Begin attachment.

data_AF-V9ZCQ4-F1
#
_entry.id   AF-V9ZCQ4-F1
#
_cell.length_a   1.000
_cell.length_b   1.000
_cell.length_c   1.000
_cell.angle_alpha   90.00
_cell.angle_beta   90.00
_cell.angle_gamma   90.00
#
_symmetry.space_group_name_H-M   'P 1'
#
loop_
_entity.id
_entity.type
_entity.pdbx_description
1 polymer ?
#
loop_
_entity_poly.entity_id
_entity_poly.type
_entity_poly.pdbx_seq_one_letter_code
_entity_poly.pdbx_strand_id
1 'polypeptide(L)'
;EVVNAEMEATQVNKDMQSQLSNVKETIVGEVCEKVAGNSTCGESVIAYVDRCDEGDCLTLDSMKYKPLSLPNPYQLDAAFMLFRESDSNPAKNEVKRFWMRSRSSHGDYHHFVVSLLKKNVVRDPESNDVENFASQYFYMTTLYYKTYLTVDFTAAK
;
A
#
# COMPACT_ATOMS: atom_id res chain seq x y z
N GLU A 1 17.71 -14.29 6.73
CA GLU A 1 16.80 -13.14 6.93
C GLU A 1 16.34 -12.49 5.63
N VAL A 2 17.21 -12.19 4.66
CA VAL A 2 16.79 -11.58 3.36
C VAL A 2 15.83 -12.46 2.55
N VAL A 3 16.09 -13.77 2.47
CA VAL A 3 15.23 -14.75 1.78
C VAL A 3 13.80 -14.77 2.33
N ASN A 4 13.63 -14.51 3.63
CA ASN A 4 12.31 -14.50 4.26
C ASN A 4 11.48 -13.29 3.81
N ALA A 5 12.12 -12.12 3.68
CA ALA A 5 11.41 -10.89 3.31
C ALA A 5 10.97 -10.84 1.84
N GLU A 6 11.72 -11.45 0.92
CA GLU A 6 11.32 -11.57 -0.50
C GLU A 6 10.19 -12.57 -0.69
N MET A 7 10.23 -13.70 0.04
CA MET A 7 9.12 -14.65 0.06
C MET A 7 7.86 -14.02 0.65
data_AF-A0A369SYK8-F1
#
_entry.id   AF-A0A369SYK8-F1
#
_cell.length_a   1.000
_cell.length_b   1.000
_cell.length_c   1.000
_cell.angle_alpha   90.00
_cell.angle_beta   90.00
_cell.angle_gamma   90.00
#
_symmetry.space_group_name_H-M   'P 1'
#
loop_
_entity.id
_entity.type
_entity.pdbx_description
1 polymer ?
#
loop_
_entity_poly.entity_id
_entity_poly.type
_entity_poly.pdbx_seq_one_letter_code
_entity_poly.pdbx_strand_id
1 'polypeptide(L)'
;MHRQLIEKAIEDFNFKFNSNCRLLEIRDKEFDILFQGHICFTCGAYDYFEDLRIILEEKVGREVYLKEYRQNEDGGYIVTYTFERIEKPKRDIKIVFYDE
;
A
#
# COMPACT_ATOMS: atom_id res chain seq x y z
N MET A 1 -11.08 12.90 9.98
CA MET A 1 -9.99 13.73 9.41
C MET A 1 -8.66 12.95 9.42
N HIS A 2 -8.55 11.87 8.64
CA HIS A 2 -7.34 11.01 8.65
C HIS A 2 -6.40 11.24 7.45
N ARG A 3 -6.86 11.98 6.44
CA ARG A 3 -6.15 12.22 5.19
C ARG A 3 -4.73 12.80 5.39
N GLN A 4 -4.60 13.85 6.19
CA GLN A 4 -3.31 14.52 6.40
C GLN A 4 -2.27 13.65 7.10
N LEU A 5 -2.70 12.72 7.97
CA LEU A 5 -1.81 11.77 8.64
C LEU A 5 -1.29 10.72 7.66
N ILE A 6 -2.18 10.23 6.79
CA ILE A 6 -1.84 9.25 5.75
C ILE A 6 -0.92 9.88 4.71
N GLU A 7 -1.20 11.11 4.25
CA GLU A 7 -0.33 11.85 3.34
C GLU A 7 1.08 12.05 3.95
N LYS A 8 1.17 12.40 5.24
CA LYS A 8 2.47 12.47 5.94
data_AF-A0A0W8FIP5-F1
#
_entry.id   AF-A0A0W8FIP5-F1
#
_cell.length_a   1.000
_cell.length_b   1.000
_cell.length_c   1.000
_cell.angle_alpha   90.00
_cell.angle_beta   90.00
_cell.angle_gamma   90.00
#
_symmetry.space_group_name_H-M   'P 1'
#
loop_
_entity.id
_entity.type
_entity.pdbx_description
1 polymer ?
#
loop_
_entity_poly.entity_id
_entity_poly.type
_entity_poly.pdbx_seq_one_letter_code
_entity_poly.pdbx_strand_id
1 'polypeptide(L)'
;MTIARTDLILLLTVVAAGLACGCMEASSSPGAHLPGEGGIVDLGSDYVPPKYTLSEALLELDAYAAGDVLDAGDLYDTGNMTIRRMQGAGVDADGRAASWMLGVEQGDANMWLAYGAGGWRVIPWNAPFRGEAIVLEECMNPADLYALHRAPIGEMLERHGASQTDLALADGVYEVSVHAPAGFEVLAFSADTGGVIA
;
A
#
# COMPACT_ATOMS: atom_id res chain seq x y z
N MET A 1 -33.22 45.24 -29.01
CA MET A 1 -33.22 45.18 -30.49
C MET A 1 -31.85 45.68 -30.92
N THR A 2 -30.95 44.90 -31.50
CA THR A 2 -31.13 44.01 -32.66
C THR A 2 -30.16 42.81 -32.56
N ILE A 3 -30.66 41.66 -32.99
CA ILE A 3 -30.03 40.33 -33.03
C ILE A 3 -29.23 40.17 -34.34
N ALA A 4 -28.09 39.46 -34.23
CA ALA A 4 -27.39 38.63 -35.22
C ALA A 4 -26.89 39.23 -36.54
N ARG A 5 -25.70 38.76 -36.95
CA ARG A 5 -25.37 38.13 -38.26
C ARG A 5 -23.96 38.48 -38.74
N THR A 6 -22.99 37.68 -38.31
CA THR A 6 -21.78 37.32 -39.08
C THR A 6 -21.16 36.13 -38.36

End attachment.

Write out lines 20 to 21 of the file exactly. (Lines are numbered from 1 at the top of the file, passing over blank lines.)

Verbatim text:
loop_
_entity_poly.entity_id